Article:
We have all been tempted to or have actually tried to make excuses for God before. We can’t stand the thought of someone thinking that God let something bad happen and so we try to explain, try to give answers in an effort to help God’s reputation. You know what I’m talking about, right? It’s that thing in us that makes us feel like we have to defend God when things don’t fall into place the way we think a good God would have them to. But then, we are looking at things through the eyes of a human being who cannot begin to have any comprehension of the mind of the Creator of the Universe.
Sometimes the better answer is simply…I don’t know.
Because the reality is that sometimes…we just don’t know.
I read Rob Bell’s book today. The new one that’s caused so much controversy.
And I must say, he does ask some pretty hard questions. Questions that I’m sure many people in their hearts have asked about God before. And I’m all for questions. I don’t really think God minds questions either if that means it puts us into a dialogue with Him. In fact, I think God would encourage questions if they will draw us deeper into Him. So Rob’s questions aren’t really the problem.
It’s his answers.
In his efforts to try and answer some of these hard questions, he’s presented what is at times a somewhat skewed gospel and at other times a gospel that is just plain not the gospel…at least not the one Jesus preached.
In fact, to some degree Bell almost takes on a bit of arrogance towards Jesus’ teaching by citing several different places in scripture where Jesus speaks of how salvation is gained (Luke 23 with the criminal, John 3 with Nicodemus, Matthew 6 on forgiveness, Luke 19 with Zacchaeus, and Mark 2 with the paralytic to name a few) and Bell almost demands in response:
Which is it?
Is it what we say or what we are or who we forgive or whether we do the will of God or if we “stand firm” or not? (p14)
Again, I’m all for questions but we must remember to Whom the question is being asked and have a little reverence, don’t you think?
Aside from the somewhat irreverent and borderline arrogant tone of the majority of the book, another thing that really bothered me a lot was how vague his scripture references were. At best, he gives the book and chapter but no specific verse references. Also, in many cases he’s using only bits and pieces of scripture here and there and well, it felt like at times he was really pushing the envelope in his interpretations of these little bits and pieces. I mean you can take any little tidbits of scripture here and there, put them in an entirely different context and make them say pretty much anything you want, no?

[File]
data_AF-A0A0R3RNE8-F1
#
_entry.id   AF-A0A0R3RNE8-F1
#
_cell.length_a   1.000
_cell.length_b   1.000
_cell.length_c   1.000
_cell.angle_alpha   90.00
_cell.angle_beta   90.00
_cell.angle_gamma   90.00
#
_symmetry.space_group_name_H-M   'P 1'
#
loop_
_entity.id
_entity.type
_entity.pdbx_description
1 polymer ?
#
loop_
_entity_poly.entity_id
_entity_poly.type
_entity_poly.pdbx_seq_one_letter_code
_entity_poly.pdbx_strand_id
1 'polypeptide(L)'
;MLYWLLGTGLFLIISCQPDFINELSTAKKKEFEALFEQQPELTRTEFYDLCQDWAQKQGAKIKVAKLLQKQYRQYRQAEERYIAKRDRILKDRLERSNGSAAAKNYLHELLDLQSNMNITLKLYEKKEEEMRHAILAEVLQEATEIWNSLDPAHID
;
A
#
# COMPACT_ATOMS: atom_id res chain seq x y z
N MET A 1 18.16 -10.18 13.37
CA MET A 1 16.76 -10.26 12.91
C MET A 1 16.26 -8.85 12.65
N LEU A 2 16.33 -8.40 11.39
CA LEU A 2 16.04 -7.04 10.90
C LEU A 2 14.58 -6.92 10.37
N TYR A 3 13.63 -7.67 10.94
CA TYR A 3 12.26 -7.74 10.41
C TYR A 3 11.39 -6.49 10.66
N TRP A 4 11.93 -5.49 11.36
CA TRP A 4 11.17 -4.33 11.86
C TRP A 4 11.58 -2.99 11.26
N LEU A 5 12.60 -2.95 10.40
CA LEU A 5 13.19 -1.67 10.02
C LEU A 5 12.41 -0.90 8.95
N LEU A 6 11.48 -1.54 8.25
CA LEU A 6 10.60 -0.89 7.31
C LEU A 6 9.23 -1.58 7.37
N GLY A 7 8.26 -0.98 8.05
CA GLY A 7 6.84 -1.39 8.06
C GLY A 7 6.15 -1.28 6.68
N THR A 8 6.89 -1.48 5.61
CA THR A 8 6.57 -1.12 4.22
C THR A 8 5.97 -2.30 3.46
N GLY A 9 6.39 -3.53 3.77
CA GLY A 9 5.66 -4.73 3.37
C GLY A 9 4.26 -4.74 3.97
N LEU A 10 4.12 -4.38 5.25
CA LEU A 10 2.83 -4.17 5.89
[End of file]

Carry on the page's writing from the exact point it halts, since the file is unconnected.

The one thing though about this book that left me more unsettled than anything else is Bell’s implication that although Jesus is in fact the only way to the Father, there’s more than one way to get to Jesus. Check this out:
And then there is an exclusivity on the other side of inclusivity. This kind insists that Jesus is the way, but holds tightly to the assumption that the all-embracing saving love of this particular Jesus the Christ will of course include all sorts of unexpected people from across the cultural spectrum.
As soon as the door is opened to Muslims, Hindus, Buddhists, and Baptists from Cleveland, many Christians become very uneasy, saying that then Jesus doesn’t matter anymore, the cross is irrelevant, it doesn’t matter what you believe, and so forth.
Not true. Absolutely, unequivocally, unalterably not true.
What Jesus does is declare that he, and he alone, is saving everybody. (p155)
That just doesn’t make any sense to me at all. Sorry, but it does make me uneasy, it does say to me then that Jesus doesn’t matter, that the cross is irrelevant and that in fact we can all just believe whatever we want to believe. In fact, it sort of sounds like somebody more concerned with being politically correct than delivering a true representation of the Word.
And then in the next chapter, Bell uses the prodigal son story to pretty much cause me to want to fling this crazy book across the room. His implication here is that heaven and hell somehow exist together and our attitude – how we perceive our “story” – somehow determines in which place we find ourselves. Huh?
I could go on and on really. In an effort to give Rob Bell the benefit of the doubt, I want to believe that his heart is in the right place. That he is desperately trying to present God as fair and just and loving and full of grace and mercy. Problem is, he’s bending and stretching and reshaping the gospel to do it. And that friends, is not cool.